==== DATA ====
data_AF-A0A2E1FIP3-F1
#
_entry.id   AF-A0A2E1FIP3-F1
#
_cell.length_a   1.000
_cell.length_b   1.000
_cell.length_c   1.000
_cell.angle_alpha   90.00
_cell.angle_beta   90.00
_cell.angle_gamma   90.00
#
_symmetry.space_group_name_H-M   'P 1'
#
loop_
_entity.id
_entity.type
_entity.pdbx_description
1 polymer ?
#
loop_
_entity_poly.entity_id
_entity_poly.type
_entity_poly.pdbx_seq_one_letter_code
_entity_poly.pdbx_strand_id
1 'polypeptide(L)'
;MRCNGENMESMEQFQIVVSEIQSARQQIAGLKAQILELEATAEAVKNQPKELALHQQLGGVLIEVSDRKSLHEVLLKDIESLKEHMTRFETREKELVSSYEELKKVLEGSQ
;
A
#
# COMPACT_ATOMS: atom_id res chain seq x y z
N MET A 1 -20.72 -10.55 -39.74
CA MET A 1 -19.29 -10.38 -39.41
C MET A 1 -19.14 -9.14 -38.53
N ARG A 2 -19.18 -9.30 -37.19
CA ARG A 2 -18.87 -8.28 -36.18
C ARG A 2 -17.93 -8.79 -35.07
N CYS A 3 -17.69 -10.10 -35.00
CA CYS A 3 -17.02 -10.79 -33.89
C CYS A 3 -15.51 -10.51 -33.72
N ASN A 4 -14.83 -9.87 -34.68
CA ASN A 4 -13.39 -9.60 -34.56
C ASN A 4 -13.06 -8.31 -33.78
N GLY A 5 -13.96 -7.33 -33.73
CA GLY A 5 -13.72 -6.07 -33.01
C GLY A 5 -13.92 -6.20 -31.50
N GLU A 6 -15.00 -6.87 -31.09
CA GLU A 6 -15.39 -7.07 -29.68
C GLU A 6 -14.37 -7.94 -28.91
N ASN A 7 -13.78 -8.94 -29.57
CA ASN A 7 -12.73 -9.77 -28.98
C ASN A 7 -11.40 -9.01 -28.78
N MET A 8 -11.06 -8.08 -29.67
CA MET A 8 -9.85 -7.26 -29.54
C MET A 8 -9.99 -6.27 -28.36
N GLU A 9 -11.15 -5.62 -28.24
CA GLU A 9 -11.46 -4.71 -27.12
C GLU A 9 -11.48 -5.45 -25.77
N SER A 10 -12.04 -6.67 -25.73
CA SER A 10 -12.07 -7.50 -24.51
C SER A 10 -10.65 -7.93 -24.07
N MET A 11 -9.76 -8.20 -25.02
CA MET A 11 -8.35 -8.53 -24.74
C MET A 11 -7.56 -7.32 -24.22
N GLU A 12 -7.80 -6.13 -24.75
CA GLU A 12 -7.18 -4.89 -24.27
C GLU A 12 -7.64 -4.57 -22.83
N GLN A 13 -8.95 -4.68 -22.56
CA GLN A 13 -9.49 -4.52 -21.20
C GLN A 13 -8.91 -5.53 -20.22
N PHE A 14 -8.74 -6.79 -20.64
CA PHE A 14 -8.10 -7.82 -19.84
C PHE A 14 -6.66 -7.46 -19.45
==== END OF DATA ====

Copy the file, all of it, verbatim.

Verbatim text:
data_AF-A0A2E1FIP3-F1
#
_entry.id   AF-A0A2E1FIP3-F1
#
_cell.length_a   1.000
_cell.length_b   1.000
_cell.length_c   1.000
_cell.angle_alpha   90.00
_cell.angle_beta   90.00
_cell.angle_gamma   90.00
#
_symmetry.space_group_name_H-M   'P 1'
#
loop_
_entity.id
_entity.type
_entity.pdbx_description
1 polymer ?
#
loop_
_entity_poly.entity_id
_entity_poly.type
_entity_poly.pdbx_seq_one_letter_code
_entity_poly.pdbx_strand_id
1 'polypeptide(L)'
;MRCNGENMESMEQFQIVVSEIQSARQQIAGLKAQILELEATAEAVKNQPKELALHQQLGGVLIEVSDRKSLHEVLLKDIESLKEHMTRFETREKELVSSYEELKKVLEGSQ
;
A
#
# COMPACT_ATOMS: atom_id res chain seq x y z
N MET A 1 -20.72 -10.55 -39.74
CA MET A 1 -19.29 -10.38 -39.41
C MET A 1 -19.14 -9.14 -38.53
N ARG A 2 -19.18 -9.30 -37.19
CA ARG A 2 -18.87 -8.28 -36.18
C ARG A 2 -17.93 -8.79 -35.07
N CYS A 3 -17.69 -10.10 -35.00
CA CYS A 3 -17.02 -10.79 -33.89
C CYS A 3 -15.51 -10.51 -33.72
N ASN A 4 -14.83 -9.87 -34.68
CA ASN A 4 -13.39 -9.60 -34.56
C ASN A 4 -13.06 -8.31 -33.78
N GLY A 5 -13.96 -7.33 -33.73
CA GLY A 5 -13.72 -6.07 -33.01
C GLY A 5 -13.92 -6.20 -31.50
N GLU A 6 -15.00 -6.87 -31.09
CA GLU A 6 -15.39 -7.07 -29.68
C GLU A 6 -14.37 -7.94 -28.91
N ASN A 7 -13.78 -8.94 -29.57
CA ASN A 7 -12.73 -9.77 -28.98
C ASN A 7 -11.40 -9.01 -28.78
N MET A 8 -11.06 -8.08 -29.67
CA MET A 8 -9.85 -7.26 -29.54
C MET A 8 -9.99 -6.27 -28.36
N GLU A 9 -11.15 -5.62 -28.24
CA GLU A 9 -11.46 -4.71 -27.12
C GLU A 9 -11.48 -5.45 -25.77
N SER A 10 -12.04 -6.67 -25.73
CA SER A 10 -12.07 -7.50 -24.51
C SER A 10 -10.65 -7.93 -24.07
N MET A 11 -9.76 -8.20 -25.02
CA MET A 11 -8.35 -8.53 -24.74
C MET A 11 -7.56 -7.32 -24.22
N GLU A 12 -7.80 -6.13 -24.75
CA GLU A 12 -7.18 -4.89 -24.27
C GLU A 12 -7.64 -4.57 -22.83
N GLN A 13 -8.95 -4.68 -22.56
CA GLN A 13 -9.49 -4.52 -21.20
C GLN A 13 -8.91 -5.53 -20.22
N PHE A 14 -8.74 -6.79 -20.64
CA PHE A 14 -8.10 -7.82 -19.84
C PHE A 14 -6.66 -7.46 -19.45